The world of Android is filled with possibilities. Such is the case with the Personal Digital Assistant (PDA). The iPhone has Siri and Android has... well... multiple options. Currently, the most popular PDA is Google Now, but there's another option on the rise. Ladies and gents, meet utter! This PDA is currently in beta, but it's incredibly impressive, highly configurable, and can meet your needs in ways neither Siri nor Google Now can.
Utter not only listens and responds to your commands, it also allows you to customize commands, edit current commands, have full control of the device, add nicknames to contacts, and so much more (with more coming). Of course, with this kind of power, there is a caveat or two. First and foremost, utter isn't as simple to dive into as Google Now. In fact, there's a 15-minute intro video included with the installation.
I hope to help get you going without having to sit through that video. Let's get the beta installed and start using utter to see if it is, in fact, a PDA that's better suited to your needs and style of usage.
Surprisingly enough, the installation of utter is quite simple (and standard). Just do the following:
- Open the Google Play Store on your Android device
- Search for utter
- Locate and tap the entry named utter! Voice Commands BETA
- Tap Install
- Read the lengthy permissions listing
- If the permissions listing is acceptable, tap Install
- Allow the installation to complete
Once the install is finished, you should find a blue utter icon on your home screen (the color is important). The blue icon gets you into the only interface utter contains — customization. Tap that icon, and then accept the EULA. At this point, you may need to select your voice engine (if you have multiple engines on your device) and the default English voice engine (eng-ind, eng-gbr, or eng-usa). After you've dismissed the various windows that greet you, you'll find yourself within the customization window (Figure A).
Utter running on a Verizon-branded Samsung Galaxy S4.
One of the first things you should do is locate the Launcher Shortcut entry and tap it. This will create a gold utter launcher on your home screen. This gold launcher fires up utter to accept your commands.
To use utter, tap the gold launcher. When you first launch the utter voice recognition, you may be prompted to download a high-quality voice. On the HTC M8, this was not necessary — on the Samsung Galaxy S4, it was. You do not want to use utter with a low-quality TTS engine.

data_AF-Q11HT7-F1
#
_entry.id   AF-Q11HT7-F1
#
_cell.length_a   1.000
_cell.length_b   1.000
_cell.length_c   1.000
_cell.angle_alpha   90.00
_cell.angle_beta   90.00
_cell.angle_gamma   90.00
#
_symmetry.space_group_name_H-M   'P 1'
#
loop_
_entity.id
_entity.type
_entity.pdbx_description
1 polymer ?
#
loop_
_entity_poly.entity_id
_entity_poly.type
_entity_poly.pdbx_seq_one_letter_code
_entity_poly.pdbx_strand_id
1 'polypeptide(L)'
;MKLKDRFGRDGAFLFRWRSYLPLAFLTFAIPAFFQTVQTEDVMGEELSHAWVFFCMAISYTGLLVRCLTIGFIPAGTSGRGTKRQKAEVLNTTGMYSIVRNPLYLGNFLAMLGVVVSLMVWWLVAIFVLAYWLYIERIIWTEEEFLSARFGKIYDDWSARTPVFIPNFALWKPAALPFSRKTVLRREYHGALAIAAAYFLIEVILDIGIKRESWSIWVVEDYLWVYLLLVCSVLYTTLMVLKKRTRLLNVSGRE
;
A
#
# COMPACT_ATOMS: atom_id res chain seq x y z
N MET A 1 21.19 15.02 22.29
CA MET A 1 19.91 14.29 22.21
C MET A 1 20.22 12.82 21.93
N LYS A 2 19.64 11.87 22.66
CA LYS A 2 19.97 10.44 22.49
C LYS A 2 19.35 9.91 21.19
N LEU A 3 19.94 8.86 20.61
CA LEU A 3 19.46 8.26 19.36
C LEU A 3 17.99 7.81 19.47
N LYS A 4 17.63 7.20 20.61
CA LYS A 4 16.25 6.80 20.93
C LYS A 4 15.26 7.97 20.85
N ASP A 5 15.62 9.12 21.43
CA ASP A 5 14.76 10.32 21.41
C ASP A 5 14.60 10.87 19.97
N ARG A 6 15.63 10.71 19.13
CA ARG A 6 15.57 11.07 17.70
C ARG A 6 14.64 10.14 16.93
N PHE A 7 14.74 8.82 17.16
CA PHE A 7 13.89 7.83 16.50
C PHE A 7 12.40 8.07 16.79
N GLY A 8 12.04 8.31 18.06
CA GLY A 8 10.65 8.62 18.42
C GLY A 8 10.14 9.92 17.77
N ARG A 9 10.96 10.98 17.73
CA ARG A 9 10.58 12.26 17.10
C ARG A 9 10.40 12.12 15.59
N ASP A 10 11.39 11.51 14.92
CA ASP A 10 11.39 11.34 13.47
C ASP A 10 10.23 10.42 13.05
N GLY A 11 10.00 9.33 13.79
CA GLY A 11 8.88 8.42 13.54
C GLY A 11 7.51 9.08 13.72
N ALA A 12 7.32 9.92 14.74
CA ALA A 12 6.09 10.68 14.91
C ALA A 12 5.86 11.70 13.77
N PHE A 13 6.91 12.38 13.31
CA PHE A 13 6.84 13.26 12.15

One of the first things you might want to do is tell utter what to call you. For example, I tapped the gold utter launcher and, upon it saying "How can I help you," I said "Call me Zombie King." Now, when I launch utter, it says things like "What can I do for you, Zombie King?" or "Yes, Zombie King?"
Silly, but we all know customization is important.
Another one of the first commands you should give utter is "float commands." This will pop up a small window (Figure B) that lists the basic commands. You can start with the command "start listening," which will initialize a permanent state of listening. Now, you only need say "wake up" and then speak your command, such as "What is the weather?"
The utter command pop-up window.
Utter also allows you to link applications. This means that you can, for example, post to Facebook or Twitter using utter. To link an application, do the following:
- Tap the blue utter launcher
- Locate the entry named Link Applications
- Locate the application you want to link (Figure C)
- If the app isn't installed, tap the entry for Install (such as Install Facebook)
- If the app is already installed, tap the entry for Link (such as Link Facebook)
- Allow utter to authenticate with the app (if necessary)
Linking applications in utter.
At this point, utter can now post for you or interact with the linked app. For example, to post to Facebook, do the following:
- If you have permanent listening started, say "wake up"
- When you hear the prompt, say "Facebook status"
- When utter asks what you want to post, speak your status update
- After utter reads back your status, it will ask you if you want it posted — say "yes" or "no"
Utter is a pretty impressive piece of software, especially for a beta. I can imagine a lot of users accepting this as their default PDA. There are a lot of other customizations to be had with utter, and in an upcoming post, I'll cover the task of creating custom commands, word replacement, and nicknames.
What Android PDA do you prefer? Share your opinion in the discussion thread below.
Jack Wallen is an award-winning writer for TechRepublic and Linux.com. He’s an avid promoter of open source and the voice of The Android Expert. For more news about Jack Wallen, visit his website jackwallen.com.